4.9: Bullet Journaling with Bri Books
Welcome to Bri Books! Today we’re doing a deep dive into world of bullet journaling: What it is, what it solves, and how to get started.
Whether you’ve never heard of bullet journaling (AKA #bujos), or you prefer an electronic method of notekeeping, that’s ok. I’m excited to answer a few questions about bullet journaling, and how I record information in my life.
We have an IGTV video on the Bri Books podcast page that you can use it as a visual component to this podcast! After we discuss what bullet journaling is, the video is there.
Define bullet journaling: It’s basically a fancy phrase for page numbered notebooks and the style of recording notes. The word ‘bullet’ comes from a method of how you mark off tasks. It’s a useful journaling concept because you can use it as a grid or guide, thanks to the demarcations for each cell, which makes it flexible if you want to create charts or straight lines.
What separates a bullet journal from a notebook you have on your shelf? I love Leuchtturm1917, but any journal can be a bullet-style journal by numbering the pages and creating an index. I’ve turned many a spare notebook into a bullet-style journal over the years. But I found that the original bullet journal from Leuchtturm1917 provides the best experience for me.
The guiding principle behind bullet journaling is making the method to work for you by “tracking the past, organizing the present, and planning for the future.” You don't want to spend so much time focusing on recording of the doing, that the doing doesn't get done.
Step One: Index. It’s the Table of Contents of your bullet journal, where you write down page numbers and their corresponding sections.
Step Two: Write a prayer, a grounding thought, a dream that’s on my mind, 3-5 simple joys in life. Write down three peaceful thoughts and joys you find. You can use those as anchors as you move through your bullet journal. The prayer lately is John 15:5. Here’s a link. I find that it’s helpful to have something grounding and centering at the top of my journal, to put myself into perspective.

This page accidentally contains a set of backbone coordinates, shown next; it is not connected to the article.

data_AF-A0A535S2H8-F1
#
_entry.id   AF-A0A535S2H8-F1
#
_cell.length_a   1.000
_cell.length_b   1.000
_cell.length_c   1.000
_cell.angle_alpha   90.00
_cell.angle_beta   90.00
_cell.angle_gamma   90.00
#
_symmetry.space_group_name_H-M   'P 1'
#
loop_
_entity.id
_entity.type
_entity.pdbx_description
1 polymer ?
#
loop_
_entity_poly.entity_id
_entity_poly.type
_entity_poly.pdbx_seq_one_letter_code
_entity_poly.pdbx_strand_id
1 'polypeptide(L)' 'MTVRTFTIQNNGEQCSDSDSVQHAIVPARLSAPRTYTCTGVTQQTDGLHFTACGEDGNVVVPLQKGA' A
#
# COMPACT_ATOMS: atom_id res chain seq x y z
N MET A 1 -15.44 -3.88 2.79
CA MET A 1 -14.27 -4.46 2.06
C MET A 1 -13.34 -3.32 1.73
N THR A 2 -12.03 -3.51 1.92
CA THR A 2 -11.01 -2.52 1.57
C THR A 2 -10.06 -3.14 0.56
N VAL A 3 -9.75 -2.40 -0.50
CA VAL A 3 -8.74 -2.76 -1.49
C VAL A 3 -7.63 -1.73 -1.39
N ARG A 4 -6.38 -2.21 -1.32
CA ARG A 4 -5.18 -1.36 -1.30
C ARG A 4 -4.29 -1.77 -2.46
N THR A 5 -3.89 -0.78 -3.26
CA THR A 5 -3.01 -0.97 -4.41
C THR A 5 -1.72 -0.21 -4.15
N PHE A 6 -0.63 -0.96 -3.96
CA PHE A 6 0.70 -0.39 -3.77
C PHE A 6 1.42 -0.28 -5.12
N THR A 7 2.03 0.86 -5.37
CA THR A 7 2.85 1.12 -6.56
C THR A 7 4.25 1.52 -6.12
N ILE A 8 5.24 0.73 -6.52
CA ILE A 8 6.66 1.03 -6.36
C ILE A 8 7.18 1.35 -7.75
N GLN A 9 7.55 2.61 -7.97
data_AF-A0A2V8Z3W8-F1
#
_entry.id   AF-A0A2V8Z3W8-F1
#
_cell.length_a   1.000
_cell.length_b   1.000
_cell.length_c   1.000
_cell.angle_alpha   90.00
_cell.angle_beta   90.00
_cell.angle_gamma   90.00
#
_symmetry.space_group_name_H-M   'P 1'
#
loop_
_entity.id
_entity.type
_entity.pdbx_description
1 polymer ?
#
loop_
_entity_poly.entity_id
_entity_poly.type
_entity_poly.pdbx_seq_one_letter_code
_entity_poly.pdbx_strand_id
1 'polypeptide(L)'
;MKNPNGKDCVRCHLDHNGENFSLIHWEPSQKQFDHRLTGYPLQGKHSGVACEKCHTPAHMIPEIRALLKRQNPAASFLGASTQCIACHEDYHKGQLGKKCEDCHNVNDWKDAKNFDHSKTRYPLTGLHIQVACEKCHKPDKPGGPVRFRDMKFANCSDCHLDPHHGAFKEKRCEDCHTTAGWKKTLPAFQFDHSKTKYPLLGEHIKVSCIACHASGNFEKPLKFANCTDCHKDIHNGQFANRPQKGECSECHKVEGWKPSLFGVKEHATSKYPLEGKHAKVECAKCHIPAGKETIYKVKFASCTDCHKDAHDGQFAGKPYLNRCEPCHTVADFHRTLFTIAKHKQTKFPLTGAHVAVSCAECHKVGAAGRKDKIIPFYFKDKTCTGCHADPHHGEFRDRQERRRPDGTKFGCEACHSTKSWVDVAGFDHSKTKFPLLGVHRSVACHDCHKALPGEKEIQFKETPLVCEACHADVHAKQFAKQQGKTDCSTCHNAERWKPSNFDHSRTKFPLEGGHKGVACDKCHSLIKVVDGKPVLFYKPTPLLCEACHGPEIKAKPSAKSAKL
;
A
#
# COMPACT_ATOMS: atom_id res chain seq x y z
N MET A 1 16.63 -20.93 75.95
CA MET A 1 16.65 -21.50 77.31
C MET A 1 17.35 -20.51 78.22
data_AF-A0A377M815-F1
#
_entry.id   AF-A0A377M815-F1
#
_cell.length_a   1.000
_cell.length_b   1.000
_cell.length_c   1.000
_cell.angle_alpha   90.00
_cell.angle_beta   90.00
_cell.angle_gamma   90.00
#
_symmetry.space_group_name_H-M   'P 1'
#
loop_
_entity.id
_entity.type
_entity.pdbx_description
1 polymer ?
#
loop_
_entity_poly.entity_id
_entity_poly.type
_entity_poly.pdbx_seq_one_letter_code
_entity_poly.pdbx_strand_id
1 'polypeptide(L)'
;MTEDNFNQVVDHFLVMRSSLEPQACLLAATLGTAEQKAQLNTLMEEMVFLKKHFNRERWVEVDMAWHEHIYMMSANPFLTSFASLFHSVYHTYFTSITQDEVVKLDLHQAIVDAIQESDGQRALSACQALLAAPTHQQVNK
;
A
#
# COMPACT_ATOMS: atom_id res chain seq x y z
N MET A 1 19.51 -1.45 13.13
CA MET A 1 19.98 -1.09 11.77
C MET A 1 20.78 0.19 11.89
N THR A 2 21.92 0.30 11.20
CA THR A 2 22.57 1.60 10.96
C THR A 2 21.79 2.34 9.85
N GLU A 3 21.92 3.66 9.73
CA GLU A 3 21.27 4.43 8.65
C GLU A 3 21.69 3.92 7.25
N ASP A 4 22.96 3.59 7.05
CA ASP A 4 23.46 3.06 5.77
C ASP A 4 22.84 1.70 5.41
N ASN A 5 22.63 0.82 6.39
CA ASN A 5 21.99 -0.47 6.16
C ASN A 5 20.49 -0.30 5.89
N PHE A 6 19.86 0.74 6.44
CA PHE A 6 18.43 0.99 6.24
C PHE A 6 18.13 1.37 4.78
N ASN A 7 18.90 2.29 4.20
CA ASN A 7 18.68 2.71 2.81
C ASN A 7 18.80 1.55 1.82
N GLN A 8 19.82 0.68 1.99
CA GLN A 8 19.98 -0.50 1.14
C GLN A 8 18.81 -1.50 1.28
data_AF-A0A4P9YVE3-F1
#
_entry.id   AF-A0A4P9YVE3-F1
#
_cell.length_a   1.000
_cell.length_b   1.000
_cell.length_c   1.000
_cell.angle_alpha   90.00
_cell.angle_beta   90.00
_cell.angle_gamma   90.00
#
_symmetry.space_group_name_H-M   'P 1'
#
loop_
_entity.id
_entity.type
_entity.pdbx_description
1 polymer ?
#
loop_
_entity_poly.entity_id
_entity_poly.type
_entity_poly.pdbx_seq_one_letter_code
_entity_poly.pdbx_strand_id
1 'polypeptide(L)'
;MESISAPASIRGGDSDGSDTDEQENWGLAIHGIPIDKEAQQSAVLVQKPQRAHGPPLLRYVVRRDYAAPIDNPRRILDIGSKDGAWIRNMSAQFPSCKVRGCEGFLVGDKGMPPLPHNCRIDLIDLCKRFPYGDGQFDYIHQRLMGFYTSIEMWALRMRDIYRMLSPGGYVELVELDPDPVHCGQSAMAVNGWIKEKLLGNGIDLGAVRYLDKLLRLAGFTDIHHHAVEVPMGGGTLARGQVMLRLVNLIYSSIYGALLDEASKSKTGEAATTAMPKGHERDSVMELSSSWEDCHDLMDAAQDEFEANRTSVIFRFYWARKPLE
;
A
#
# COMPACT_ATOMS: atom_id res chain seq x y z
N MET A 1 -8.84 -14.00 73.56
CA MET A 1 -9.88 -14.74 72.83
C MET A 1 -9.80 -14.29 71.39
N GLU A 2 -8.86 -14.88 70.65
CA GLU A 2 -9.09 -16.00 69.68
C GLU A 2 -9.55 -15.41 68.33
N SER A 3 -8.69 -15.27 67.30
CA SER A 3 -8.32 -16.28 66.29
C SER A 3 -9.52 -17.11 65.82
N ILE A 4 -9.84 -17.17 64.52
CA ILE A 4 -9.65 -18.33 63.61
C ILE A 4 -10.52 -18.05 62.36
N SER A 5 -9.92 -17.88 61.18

Step Three: Categories. It’s never too early or too late to start creating categories. It’s a useful practice to keep different areas of life in check and balances. Categories help me see if things are overloaded or underloaded, i’m able to give myself a gut check.
Step Four: Logs and Calendar. There are tons of different types of logs--monthly logs, future logs (two or three months out), and a calendar-style log (current and next month) Logs are helpful for recording regular operations tasks you want to tick off. Gym sessions, grocery store, financial, books to read, movies you wanna read, items to purchase next, phone calls that need to be made.
Step Five: Spreads. A spread is a few pages devoted to a certain project or time period. For example, each week I create a 2-page spread, and write down what’s on my calendar along with a little checklist built on tasks pulled from the….CATEGORIES LIST! The daily and weekly spread keep me honest. It's’ where i break down large projects or tasks into daily chunks. It's’ where i cordon off parts of my day or week to different things. It's’ where i experiment and play on subway. I find daily and weekly spreads keep me helpful with everything else i set out with, and be flexible with my time by realizing the space i do have and the types of work i'm able to do throughout the week.
I’ll share the resources, and give you a sneak-peak into how I set up my bullet journal in the Bri Books Newsletter. A few of the resources I found useful: How to Bullet Journal video from official website, Lucy Moon’s 2018 Bullet Journal setup, Lucy Pebbles Bullet Journal video! The IGTV about setting up your bujo is live on @bribookspod and bribookspod.com and bribookspod.com/newsletter. Thank you!